Here at Mt. Erebus, gravity caused by the Earth is greater because we are at a pole rather than the equator.  Reasons for this include the "equatorial bulge," and the increased inertia caused by Earth's rotation.  The "bulge" results in a greater distance between and object and the Earth's center as compared to at a Pole, and therefore that object experiences a weaker gravitational pull.  The same rationale is applied to gravity at high altitudes.  The effect of altitude can be quantified by the following equation:





For studies of Mt. Erebus (we are currently at 11,500 ft. above sea level), we want to remove all these effects in order to obtain gravitational anomalies related to different densities of the volcano rock.  Denser material causes higher local gravitational fields, whereas the opposite is true of less dense material.  The two material extremes on any volcano are dense rock and less-dense magma.  Measuring gravity at Mt. Erebus can help locate where magma chambers exist.  Higher gravity measurements mean dense, cool volcanic rock, whereas lower gravity measurements mean less dense, hot magma.  The differences in gravity between these two extremes are very small.

The location and flow of magma reservoirs within a volcano are key to understanding its dynamics, including magma "plumbing system," volcano deformation, temperature distribution, and eruption mechanisms. 

Measuring Gravity

Gravity anomalies are measured with a gravimeter, and measured in milligals.  A Gal is a unit of acceleration that is used only in the field of gravimetry, and is 1 centimeter per second squared (cm/s^2).  When measuring the densities of rocks, precision is on the order micro-gals.

Though its cost is significant, a gravitometer is essentially a spring and a mass system.  The spring counteracts the force of gravity pulling on the test mass. Then change in length of the spring may be calibrated to the force required to balance the gravitational pull.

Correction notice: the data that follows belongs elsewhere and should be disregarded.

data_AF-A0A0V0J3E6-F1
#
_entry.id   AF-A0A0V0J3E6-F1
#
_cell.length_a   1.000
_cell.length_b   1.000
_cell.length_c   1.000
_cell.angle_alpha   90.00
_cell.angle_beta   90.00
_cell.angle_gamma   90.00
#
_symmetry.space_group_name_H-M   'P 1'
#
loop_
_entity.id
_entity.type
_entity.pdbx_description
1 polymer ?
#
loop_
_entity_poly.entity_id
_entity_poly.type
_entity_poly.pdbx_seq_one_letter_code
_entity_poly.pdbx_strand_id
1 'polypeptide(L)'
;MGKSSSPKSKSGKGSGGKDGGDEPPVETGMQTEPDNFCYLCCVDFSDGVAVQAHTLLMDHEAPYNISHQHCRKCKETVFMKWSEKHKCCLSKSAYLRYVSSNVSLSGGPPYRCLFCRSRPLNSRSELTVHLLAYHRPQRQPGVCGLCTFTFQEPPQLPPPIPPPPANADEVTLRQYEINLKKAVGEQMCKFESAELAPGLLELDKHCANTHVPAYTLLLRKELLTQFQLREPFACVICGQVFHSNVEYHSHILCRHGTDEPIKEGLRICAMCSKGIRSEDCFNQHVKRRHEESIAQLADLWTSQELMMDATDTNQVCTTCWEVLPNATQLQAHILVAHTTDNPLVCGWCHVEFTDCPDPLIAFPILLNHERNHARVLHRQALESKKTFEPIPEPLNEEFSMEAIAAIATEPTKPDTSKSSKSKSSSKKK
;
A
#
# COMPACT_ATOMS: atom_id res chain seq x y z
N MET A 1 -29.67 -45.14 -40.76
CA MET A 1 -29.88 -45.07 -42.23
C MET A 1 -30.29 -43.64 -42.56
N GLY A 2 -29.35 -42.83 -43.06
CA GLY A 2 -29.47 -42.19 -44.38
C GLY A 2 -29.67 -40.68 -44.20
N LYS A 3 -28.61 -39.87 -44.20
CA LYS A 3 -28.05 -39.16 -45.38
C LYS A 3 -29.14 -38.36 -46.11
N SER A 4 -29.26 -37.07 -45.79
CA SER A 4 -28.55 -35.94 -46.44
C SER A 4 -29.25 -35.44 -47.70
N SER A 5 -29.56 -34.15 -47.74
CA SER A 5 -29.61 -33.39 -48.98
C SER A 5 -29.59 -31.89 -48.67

Wednesday, December 5, 2012

Monitoring Mt. Erebus at Lower Erebus Hut (LEH) Observatory

Lower Erebus Hut (LEH) at the base of Mt. Erebus crater.  Photo: Rebecca Williams

The Lower Erebus Hut (LEH) is the main monitoring station of the Mt. Erebus Volcano Observatory.  This is where we prepare and eat our meals, use our computers with mediocre wireless internet, play bananagrams, and wait out the storms.  The above photo was taken during a weather day with very poor visibility and near whiteout conditions.  The hut seats about 14 max.  

LEH monitoring station.
Infra-red camera image of the lava lake within the crater
Real-time stream of gas concentrations in the crater's plume.

The hut's monitoring station includes a real-time stream of four gas concentrations in the plume rising from the crater, and an infra-red camera image of the lava lake at the base of the crater. The plume results from degassing of the lava lake.

Current research consists of
  1.  continued monitoring of the SO2 flux from the lava lake
  2.  measuring the CO2 emissions from the lava lake and summit
  3. geochronology of the summit and flank lava flows
  4. continued monitoring and interpretation of seismic and seismoacoustic activity volcano through the use of a network of highly-sensitive broad-band seismometers
  5.  establishing a GPS base network to monitor the short- and long-term deformation of the volcano

Tuesday, December 4, 2012

Yeti Goes to Mt. Erebus, Antarctica

Yeti's next adventure is his maiden voyage of science!  This current deployment will be the first ALL SCIENCE campaign to the Poles, which is very exciting for proving his utility for scientific applications as well as for logistic support. 

Yeti will be accompanying an 11-person team of scientists studying Mount Erebus, the highest and southern-most active volcano in the world.  The Mount Erebus Volcano Observatory (MEVO) at the New Mexico Institute of Mining and Technology has been monitoring Mt. Erebus since 1972.  At the head of our team is Phil Kyle, one of the pioneering scientists of Erebus who will be celebrating his 40th season this year. 

Yeti's role in this year's Erebus season will be to collect ground penetrating radar (GPR) images of ice caves that form within the snowpack surrounding the crater.  These caves are formed by fumaroles, which are openings in the volcano that emit steam and various gasses.  Microclimate, heat transfer, extent, and structure are just some of the scientific aspects that are of interest. 

A view of Mt. Erebus from approximately 30 miles south.  A small plume of gas escapes on a nearly windless day.